I'm also a big fan of adding gears to the trans.....as long as the tuning is right and they are not getting diminishing returns...I.e...overkill. I've loved the 8 speeds in my last two RAM trucks so I was excited about the 9 speed in the Disco. Then I heard grumbling from the evoque owners. But I think this is s great shifting trans. Just like in my RAM, which was a shock at first, you get more engine breaking. I have actually grown to appreciate it.

All in all, not bring s do called "expert" but being a guy that likes cars and "likes what he likes"...this is a nice running drivetrain so far.
 

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My only real negative about the Disco is the infotainment. I hear it's alot better than the previous system...Which must have been gawd awful...It's slick looking and I even like the smallish screen size (I think they are starting to get way too big in size these days) but.....it's still behind. That's just not acceptable for a premium automaker. I sincerely hope they can upgrade and update this system over time.
 

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What do you not like about it specifically? Is it stuff that it just doesn't work, or is it more that it is hard to figure out?
 

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What do you not like about it specifically? Is it stuff that it just doesn't work, or is it more that it is hard to figure out?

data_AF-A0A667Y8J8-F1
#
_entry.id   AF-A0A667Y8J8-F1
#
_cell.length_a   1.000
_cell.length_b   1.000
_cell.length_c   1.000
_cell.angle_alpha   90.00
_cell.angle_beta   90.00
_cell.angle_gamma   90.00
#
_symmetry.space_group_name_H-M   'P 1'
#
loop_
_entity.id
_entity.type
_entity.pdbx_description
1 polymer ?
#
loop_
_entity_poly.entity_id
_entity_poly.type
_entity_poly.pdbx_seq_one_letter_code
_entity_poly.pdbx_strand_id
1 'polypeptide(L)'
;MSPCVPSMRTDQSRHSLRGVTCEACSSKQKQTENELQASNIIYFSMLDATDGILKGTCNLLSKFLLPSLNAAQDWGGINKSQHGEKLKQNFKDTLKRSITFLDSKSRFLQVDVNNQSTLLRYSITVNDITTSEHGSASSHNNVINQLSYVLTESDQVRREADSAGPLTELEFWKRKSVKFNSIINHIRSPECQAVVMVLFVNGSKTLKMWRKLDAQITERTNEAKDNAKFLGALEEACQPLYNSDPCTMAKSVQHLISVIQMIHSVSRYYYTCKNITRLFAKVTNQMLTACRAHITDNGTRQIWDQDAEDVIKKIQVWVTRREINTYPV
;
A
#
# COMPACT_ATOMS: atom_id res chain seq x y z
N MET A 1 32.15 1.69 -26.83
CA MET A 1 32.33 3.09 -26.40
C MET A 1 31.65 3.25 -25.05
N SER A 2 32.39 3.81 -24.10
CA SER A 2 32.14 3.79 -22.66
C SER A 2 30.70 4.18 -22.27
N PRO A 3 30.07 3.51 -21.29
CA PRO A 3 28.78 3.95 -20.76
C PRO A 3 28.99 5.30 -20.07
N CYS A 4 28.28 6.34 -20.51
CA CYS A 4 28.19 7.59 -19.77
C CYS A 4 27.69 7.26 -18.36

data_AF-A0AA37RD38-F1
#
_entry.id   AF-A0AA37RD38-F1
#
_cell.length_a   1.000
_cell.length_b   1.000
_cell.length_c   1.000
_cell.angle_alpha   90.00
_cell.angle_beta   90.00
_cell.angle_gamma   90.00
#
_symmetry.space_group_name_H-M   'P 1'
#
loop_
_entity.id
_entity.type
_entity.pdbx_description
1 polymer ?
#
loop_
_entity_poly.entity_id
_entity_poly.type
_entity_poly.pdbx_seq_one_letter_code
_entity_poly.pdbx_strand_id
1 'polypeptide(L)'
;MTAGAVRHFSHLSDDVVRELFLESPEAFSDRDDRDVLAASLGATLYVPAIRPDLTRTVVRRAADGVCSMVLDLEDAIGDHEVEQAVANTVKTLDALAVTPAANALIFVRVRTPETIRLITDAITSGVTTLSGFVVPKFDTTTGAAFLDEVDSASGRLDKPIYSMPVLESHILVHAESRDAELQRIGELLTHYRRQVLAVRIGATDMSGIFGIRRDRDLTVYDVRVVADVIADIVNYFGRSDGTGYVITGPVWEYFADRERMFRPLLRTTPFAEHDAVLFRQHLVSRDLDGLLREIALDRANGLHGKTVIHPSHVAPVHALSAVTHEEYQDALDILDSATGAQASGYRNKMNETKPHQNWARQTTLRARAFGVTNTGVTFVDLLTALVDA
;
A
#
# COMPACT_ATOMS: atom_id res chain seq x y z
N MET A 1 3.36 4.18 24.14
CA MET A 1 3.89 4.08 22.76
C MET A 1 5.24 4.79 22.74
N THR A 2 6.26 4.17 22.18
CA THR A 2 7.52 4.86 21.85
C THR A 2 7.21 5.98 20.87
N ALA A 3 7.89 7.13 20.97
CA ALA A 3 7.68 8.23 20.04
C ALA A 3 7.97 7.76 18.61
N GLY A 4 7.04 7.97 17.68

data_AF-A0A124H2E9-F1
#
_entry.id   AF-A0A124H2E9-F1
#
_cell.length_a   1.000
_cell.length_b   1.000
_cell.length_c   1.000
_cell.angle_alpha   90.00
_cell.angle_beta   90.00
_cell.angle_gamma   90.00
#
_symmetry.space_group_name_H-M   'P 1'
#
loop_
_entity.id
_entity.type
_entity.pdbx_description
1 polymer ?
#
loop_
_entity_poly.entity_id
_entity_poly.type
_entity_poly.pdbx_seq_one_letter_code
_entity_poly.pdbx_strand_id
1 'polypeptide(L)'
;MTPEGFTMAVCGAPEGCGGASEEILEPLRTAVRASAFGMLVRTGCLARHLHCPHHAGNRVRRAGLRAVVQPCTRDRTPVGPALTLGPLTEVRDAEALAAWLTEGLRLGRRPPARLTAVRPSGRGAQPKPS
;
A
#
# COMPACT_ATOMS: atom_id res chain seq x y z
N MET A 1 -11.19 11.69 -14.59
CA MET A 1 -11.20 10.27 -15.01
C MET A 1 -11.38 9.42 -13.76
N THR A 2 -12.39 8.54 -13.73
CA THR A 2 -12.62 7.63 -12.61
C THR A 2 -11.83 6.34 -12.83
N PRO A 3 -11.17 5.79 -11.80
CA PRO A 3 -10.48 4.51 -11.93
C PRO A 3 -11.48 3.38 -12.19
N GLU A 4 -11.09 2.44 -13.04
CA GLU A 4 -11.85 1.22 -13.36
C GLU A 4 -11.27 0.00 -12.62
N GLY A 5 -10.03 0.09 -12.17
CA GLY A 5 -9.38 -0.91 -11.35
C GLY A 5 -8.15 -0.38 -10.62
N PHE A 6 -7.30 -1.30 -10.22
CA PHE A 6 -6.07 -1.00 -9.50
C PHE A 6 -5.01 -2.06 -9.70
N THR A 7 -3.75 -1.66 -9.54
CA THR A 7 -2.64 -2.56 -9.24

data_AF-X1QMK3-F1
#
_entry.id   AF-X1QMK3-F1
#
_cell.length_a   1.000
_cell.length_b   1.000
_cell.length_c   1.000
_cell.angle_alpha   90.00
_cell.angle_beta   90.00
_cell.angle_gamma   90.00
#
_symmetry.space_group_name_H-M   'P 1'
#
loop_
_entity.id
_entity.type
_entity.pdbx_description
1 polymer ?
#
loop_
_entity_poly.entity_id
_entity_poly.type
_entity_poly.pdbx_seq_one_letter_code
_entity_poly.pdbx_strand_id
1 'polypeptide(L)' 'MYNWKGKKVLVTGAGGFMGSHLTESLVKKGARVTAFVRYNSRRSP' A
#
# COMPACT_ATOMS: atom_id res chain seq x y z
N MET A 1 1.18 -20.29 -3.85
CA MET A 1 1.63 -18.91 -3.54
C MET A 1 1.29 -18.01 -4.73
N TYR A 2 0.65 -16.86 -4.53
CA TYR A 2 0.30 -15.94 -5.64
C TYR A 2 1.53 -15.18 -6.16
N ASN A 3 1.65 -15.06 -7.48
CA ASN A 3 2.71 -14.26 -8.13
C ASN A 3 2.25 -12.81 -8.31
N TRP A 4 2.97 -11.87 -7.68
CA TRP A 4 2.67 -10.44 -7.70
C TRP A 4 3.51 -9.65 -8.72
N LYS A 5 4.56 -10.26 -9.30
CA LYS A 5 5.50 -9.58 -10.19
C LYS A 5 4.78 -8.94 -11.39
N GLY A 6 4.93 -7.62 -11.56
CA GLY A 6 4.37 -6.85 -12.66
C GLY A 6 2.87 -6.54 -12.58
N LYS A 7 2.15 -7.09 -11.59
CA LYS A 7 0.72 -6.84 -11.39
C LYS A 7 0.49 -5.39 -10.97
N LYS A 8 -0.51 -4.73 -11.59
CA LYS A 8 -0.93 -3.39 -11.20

Well Junior, Im used to the very good uConnect system. Its almost seamless and it very robust. So thats my baseline. I will say that the InControl system is better than the ridiculous sync that was in a couple of our last Fords but I would expect better. Knock wood, the InControl has not mafunctionned though. It works its just...different.
Its a bit laggy. The InControl App for using music is a bit weak. It has to restart any time you get a call or if you touch anything on your phone. The App itself is way slicker than just running through the BT or wire but its just a bit weak in functionality. You cant scroll through presets from the steering wheel, which sucks.
But I will say its a WAY better looking system than uConnect and I like the swipe function. It has its pros but I just like stuff to work, work fast and do what its supposed to do.